Satiation and Satiety: the Secret to Long-lasting Fullness - Lakeside Natural Medicine

Natural Health and Wellness for the Whole Family

Satiation and Satiety: the Secret to Long-lasting Fullness

BySarah Axtell, ND April 26, 2024

Ditch dieting. Make it a lifestyle!

Feeling full is more than just eating. It’s about choosing the right foods. Let’s break down satiation and satiety and the best foods to promote long-lasting fullness.

Satiation is the main process that determines when we stop eating. Satiation occurs during a meal. It’s the point when you decide you’ve had enough.

Satiety is the feeling of fullness that persists after eating– how long before you start to feel hungry again.

Satiation is important in controlling the amount of calories consumed at a meal, while satiety affects the period of time between eating occasions and potentially the amount consumed at the next meal.

Calorie counting and calorie restriction can leave you feeling hungry and tends to be unsustainable. Instead, I propose putting your emphasis toward foods that promote satiation and satiety. Eating to satiety (or satisfaction) is an essential element to setting yourself up for optimal health. If you are satiated, you will not feel the need to snack. You’ll feel full but not bloated. You’ll feel liberated from constant food thoughts. You’ll feel stable energy in between meals. You’ll be able to keep insulin levels down thanks to long periods of time in between meals.

While ultra-processed foods have an intense taste profile (and thus are highly addictive), they are commonly lacking in fiber and protein. They require a high number of calories to feel satisfying. On the other hand, beans for example provide a lot of satiety because they’re full of fiber and protein. They are nutrient-dense (without being calorically-dense) and physiologically satisfying.

Crafting well-balanced meals plays a pivotal role in achieving satiation and maintaining satiety.

What foods promote satiation and satiety? Foods that are high in fat, fiber, and protein slow down digestion and help you stay full. Empty carbs (bagels, bread, pasta, instant oatmeal, pretzels, chips, granola bars, cookies), on the other hand, are devoid of fat, fiber, and protein and thus get metabolized quickly, resulting in constant hunger and an energy roller-coaster ride.

  • Fiber– Fiber provides bulk to your meals and slows stomach emptying, making you feel full longer. Examples include beans, vegetables, fruits, veggies, chia, flax, quinoa, buckwheat, forbidden rice, wild rice.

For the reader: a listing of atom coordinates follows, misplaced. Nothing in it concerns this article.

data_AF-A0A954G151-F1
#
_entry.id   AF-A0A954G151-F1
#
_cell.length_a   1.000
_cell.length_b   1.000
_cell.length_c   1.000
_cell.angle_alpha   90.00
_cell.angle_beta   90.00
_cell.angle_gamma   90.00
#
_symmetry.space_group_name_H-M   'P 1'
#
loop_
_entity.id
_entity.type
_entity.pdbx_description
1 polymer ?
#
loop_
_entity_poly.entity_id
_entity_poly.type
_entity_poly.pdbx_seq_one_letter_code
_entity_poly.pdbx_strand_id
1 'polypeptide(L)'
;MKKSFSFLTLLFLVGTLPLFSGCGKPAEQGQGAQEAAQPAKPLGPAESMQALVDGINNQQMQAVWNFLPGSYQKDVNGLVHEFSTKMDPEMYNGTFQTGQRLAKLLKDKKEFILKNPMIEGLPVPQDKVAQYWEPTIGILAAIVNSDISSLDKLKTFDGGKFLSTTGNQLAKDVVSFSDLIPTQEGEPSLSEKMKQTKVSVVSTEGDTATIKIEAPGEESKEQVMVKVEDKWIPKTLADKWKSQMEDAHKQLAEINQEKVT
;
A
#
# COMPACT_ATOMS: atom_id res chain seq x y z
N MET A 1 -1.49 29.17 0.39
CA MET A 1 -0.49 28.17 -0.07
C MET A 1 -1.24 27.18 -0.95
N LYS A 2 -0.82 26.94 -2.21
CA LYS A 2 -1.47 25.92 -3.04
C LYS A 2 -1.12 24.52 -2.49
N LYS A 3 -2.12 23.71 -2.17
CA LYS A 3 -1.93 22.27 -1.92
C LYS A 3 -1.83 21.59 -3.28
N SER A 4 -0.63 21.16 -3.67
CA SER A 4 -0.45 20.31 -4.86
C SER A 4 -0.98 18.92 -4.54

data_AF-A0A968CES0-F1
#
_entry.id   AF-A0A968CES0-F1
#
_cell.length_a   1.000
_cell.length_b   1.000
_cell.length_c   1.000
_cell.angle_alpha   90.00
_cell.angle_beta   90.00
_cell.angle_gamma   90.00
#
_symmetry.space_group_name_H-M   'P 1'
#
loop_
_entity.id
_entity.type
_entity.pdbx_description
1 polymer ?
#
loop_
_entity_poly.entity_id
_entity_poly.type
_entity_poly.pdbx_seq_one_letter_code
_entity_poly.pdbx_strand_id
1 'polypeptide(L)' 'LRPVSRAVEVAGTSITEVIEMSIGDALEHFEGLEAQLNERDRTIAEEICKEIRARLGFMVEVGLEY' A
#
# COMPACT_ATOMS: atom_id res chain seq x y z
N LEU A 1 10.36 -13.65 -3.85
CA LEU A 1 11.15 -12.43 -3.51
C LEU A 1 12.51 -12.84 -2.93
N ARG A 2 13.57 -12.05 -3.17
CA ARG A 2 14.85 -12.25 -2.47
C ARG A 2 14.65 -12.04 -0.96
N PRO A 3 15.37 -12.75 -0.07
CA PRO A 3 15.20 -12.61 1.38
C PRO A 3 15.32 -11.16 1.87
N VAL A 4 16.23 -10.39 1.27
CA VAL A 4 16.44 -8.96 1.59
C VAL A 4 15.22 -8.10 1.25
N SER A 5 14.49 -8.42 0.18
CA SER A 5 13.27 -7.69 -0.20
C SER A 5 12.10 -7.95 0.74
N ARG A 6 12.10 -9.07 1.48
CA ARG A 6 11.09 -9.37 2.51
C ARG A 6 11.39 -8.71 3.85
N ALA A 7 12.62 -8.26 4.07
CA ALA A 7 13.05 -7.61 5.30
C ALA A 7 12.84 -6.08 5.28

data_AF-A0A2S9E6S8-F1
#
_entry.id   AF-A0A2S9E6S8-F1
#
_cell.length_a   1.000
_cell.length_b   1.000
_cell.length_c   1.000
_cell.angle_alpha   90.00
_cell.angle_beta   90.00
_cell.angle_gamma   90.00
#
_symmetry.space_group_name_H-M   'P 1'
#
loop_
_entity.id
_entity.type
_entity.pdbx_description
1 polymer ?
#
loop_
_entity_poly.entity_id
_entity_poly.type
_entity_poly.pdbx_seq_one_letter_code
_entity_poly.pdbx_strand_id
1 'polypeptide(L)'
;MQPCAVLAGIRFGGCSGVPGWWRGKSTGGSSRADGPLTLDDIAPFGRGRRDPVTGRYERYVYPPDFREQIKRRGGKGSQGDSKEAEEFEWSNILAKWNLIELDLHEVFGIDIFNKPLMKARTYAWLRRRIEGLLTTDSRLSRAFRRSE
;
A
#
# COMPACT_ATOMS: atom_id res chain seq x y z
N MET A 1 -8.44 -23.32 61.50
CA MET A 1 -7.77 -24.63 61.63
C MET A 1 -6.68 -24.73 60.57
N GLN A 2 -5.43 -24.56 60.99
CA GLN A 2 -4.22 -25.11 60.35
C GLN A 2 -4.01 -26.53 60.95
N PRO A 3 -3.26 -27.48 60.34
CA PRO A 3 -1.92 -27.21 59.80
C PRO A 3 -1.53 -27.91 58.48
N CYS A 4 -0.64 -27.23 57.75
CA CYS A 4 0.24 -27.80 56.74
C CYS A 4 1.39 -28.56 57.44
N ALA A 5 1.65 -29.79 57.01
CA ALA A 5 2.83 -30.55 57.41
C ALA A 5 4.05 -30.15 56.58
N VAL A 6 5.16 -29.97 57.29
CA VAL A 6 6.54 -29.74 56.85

• Fat– Combining fat with fiber has been shown to increase the satiating potential of fat. Example of healthy fats include avocados, nuts, seeds, nut butters, olive oil, salmon, and olives.
  • Protein– Studies show that protein is the most filling macronutrient. It changes the levels of satiety hormones such as ghrelin and glucagon-like peptide 1 (GLP-1). Examples include fish, chicken, turkey, beans, tofu, eggs, greek yogurt, cottage cheese, and protein powder added to smoothies.
  • Colorful foods– We eat with our eyes first! Eat the rainbow with a variety of fruits and veggies! Beautiful food is so satisfying. Think purple sweet potatoes, blueberries, beets, purple cabbage, spinach, heirloom tomatoes, papaya, forbidden rice (aka “black rice”), and carrots.
  • Foods that take longer to eat/chew– It takes time for your brain to get the signal that your stomach is full. Examples include apples (versus applesauce), salads with protein, and steelcut oatmeal with nuts (versus instant oatmeal).

Hara Hachi Bu: the eating method practiced by the longest-lived people. In Okinawa, they subscribe to this “hara hachi bu” mantra when eating which means “eat until you are 80% full.” It is about eating slowly, with full awareness and without distraction, in order to receive the satiety signals sent by the brain. It takes time for the brain to get the signal that you are full and satiated.

When you eat real food rich in fat, fiber, and protein, you can say goodbye to insatiable cravings.

Editor’s Note: The information in this article is intended for your educational use only. Always seek the advice of your physician or other qualified health practitioners with any questions you may have regarding a medical condition and before undertaking any diet, supplement, fitness, or other health program.

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